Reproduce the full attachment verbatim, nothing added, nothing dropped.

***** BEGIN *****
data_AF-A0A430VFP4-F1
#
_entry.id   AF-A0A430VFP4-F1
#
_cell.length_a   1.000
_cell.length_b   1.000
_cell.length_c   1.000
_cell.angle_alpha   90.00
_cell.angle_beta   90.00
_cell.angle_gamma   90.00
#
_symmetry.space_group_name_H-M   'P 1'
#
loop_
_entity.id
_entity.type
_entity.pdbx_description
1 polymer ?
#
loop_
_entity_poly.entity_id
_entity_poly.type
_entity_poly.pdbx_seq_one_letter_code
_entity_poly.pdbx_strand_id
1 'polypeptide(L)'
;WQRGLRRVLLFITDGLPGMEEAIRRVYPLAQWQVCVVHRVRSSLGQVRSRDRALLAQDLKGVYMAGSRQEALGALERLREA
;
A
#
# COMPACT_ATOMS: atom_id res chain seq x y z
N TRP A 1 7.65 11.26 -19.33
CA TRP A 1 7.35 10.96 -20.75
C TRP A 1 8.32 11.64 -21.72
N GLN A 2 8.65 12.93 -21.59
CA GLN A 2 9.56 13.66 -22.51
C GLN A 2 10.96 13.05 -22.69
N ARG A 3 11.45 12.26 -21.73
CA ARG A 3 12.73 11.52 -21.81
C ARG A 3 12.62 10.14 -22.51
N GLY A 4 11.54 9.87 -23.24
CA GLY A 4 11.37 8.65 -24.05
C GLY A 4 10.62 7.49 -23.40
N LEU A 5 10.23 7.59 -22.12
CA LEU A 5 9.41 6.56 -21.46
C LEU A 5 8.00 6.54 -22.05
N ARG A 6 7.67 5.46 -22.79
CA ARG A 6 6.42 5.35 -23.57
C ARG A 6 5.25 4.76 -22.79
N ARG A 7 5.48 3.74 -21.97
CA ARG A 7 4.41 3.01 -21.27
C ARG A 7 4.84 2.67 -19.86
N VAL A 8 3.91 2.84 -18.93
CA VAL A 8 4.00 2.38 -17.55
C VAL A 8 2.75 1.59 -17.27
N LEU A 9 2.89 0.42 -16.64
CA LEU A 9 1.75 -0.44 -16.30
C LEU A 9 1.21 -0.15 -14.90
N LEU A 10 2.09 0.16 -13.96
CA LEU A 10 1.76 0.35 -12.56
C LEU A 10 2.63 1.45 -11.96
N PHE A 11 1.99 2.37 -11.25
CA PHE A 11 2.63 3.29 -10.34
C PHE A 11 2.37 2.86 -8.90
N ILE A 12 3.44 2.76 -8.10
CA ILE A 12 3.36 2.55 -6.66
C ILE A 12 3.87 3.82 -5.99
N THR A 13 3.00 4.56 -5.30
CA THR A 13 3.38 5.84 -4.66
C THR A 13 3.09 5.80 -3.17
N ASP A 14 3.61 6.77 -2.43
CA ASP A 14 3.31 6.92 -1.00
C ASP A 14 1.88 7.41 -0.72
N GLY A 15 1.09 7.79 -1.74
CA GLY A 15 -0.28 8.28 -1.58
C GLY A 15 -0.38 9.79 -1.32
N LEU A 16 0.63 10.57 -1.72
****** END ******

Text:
data_AF-A0A430VFP4-F1
#
_entry.id   AF-A0A430VFP4-F1
#
_cell.length_a   1.000
_cell.length_b   1.000
_cell.length_c   1.000
_cell.angle_alpha   90.00
_cell.angle_beta   90.00
_cell.angle_gamma   90.00
#
_symmetry.space_group_name_H-M   'P 1'
#
loop_
_entity.id
_entity.type
_entity.pdbx_description
1 polymer ?
#
loop_
_entity_poly.entity_id
_entity_poly.type
_entity_poly.pdbx_seq_one_letter_code
_entity_poly.pdbx_strand_id
1 'polypeptide(L)'
;WQRGLRRVLLFITDGLPGMEEAIRRVYPLAQWQVCVVHRVRSSLGQVRSRDRALLAQDLKGVYMAGSRQEALGALERLREA
;
A
#
# COMPACT_ATOMS: atom_id res chain seq x y z
N TRP A 1 7.65 11.26 -19.33
CA TRP A 1 7.35 10.96 -20.75
C TRP A 1 8.32 11.64 -21.72
N GLN A 2 8.65 12.93 -21.59
CA GLN A 2 9.56 13.66 -22.51
C GLN A 2 10.96 13.05 -22.69
N ARG A 3 11.45 12.26 -21.73
CA ARG A 3 12.73 11.52 -21.81
C ARG A 3 12.62 10.14 -22.51
N GLY A 4 11.54 9.87 -23.24
CA GLY A 4 11.37 8.65 -24.05
C GLY A 4 10.62 7.49 -23.40
N LEU A 5 10.23 7.59 -22.12
CA LEU A 5 9.41 6.56 -21.46
C LEU A 5 8.00 6.54 -22.05
N ARG A 6 7.67 5.46 -22.79
CA ARG A 6 6.42 5.35 -23.57
C ARG A 6 5.25 4.76 -22.79
N ARG A 7 5.48 3.74 -21.97
CA ARG A 7 4.41 3.01 -21.27
C ARG A 7 4.84 2.67 -19.86
N VAL A 8 3.91 2.84 -18.93
CA VAL A 8 4.00 2.38 -17.55
C VAL A 8 2.75 1.59 -17.27
N LEU A 9 2.89 0.42 -16.64
CA LEU A 9 1.75 -0.44 -16.30
C LEU A 9 1.21 -0.15 -14.90
N LEU A 10 2.09 0.16 -13.96
CA LEU A 10 1.76 0.35 -12.56
C LEU A 10 2.63 1.45 -11.96
N PHE A 11 1.99 2.37 -11.25
CA PHE A 11 2.63 3.29 -10.34
C PHE A 11 2.37 2.86 -8.90
N ILE A 12 3.44 2.76 -8.10
CA ILE A 12 3.36 2.55 -6.66
C ILE A 12 3.87 3.82 -5.99
N THR A 13 3.00 4.56 -5.30
CA THR A 13 3.38 5.84 -4.66
C THR A 13 3.09 5.80 -3.17
N ASP A 14 3.61 6.77 -2.43
CA ASP A 14 3.31 6.92 -1.00
C ASP A 14 1.88 7.41 -0.72
N GLY A 15 1.09 7.79 -1.74
CA GLY A 15 -0.28 8.28 -1.58
C GLY A 15 -0.38 9.79 -1.32
N LEU A 16 0.63 10.57 -1.72